|Born: May 18, 1048 in Nishapur, Khorasan|
|Died: Dec 4, 1131 (at age 83) in Khorasan|
|Famous For: Treatise on Demonstration of Problems of Algebra|
Omar Khayyám was a legendary Persian mathematician, astronomer, and poet. In his home country during his life, he was known for his skill at algebra, but today, he is known mostly for his published literary works.
Early Life of Omar Khayyám
Omar Khayyám was born in Neyshābūr in 1048. He was the son of a tentmaker and his formal education was invested in math and philosophy. He would later travel to what is now known as modern day Uzbekistan where he would focus his work on algebra.
He would eventually publish an interesting treatise known as the Treatise on Demonstration of Problems of Algebra. This would be his seminal work and it aided in establishing his reputation as a brilliant mathematician. At the core of this work was a discussion on the role of cubic equations and how it related to algebra overall.
There were quite a number of other interesting components to be found in his early treatise on algebra. He delved into the topic of the extraction of cubes and the extraction of nth roots for whole numbers that are thought to be arbitrary.
Khayyam and the Gregorian Calendar
The work Omar Khayyám achieved in his study of algebra helped in enhancing his reputation throughout the nation. He was eventually asked to travel to Esfahan at the request of the Sultan and work of reforming the current calendar. A completely new observatory was built to help Khayyám achieve this task. The finished result was a calendar, named the Jalālī calendar, which is considered to be more accurate than even the modern Gregorian calendar.
During his time in this region, Khayyam also presented his theory of proportion while also producing a unique critique theory of parallels which was the brainchild of Euclid.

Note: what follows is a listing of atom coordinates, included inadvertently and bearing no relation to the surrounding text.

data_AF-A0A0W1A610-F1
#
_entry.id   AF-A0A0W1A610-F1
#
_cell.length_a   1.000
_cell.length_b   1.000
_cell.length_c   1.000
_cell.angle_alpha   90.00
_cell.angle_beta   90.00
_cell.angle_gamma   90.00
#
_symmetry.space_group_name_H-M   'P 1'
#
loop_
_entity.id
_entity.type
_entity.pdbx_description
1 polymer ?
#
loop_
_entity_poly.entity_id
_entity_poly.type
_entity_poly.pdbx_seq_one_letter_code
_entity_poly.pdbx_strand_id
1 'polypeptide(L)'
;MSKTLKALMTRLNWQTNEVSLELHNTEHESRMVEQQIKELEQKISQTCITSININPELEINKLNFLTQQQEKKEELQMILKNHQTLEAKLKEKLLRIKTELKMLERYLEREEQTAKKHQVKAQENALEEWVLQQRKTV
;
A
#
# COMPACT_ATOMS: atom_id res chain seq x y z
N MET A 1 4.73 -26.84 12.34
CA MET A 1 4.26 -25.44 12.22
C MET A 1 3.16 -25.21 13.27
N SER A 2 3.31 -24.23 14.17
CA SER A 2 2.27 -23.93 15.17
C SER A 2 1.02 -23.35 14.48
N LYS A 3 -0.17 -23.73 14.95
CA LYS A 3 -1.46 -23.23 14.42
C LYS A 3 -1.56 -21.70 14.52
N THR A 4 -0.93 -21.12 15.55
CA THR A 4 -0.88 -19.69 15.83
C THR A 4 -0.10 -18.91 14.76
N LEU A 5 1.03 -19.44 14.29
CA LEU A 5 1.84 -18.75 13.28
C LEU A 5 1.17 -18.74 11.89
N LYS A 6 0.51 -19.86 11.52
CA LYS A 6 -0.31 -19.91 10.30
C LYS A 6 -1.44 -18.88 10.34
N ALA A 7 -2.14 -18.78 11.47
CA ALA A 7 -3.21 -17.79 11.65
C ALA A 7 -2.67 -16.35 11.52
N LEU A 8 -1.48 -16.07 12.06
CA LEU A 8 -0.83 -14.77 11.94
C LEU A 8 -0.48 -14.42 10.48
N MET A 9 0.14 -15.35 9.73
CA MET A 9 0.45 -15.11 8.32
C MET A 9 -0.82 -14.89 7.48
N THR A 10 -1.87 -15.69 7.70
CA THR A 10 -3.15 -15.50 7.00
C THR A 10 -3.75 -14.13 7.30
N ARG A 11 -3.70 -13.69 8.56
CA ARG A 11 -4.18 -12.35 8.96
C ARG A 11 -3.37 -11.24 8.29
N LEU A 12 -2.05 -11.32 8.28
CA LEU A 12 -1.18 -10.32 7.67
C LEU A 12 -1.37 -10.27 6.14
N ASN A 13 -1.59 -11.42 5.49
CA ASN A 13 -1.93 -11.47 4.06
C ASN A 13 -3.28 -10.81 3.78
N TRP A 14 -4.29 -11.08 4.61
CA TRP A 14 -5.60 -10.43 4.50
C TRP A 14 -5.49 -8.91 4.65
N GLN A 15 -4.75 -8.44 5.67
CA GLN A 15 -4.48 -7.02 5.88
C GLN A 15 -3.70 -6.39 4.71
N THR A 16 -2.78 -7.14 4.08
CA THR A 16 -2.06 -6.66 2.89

The work performed by Khayyám was also acclaimed outside of the hemisphere in which he lived. His work greatly influenced those in Europe which, in turn, meant his early work would continue to be built upon long after his passing.
When the Sultan passed away, Khayyám lost the one person who supported his work and study the most. He did not see eye to eye with the Sultan’s widow and the situation ended with Khayyám returning to Medina. This was not an unproductive endeavor, however. While he was in the region, he served as the astrologer of the court.
Writing and Philosophy
As previously stated, Khayyám became more well known in the western world as a writer and philosopher. He wrote catchy poems with four-line verses known as quatrains and these proved both humorous and introspective to those reading them. His work was deep and philosophical which helped it attain great acclaim.
Khayyám’s Final Years
In 1131, Omar Khayyám passed away in his place of birth, Neyshābūr. He was about 83 years old when he passed away and left an enduring legacy.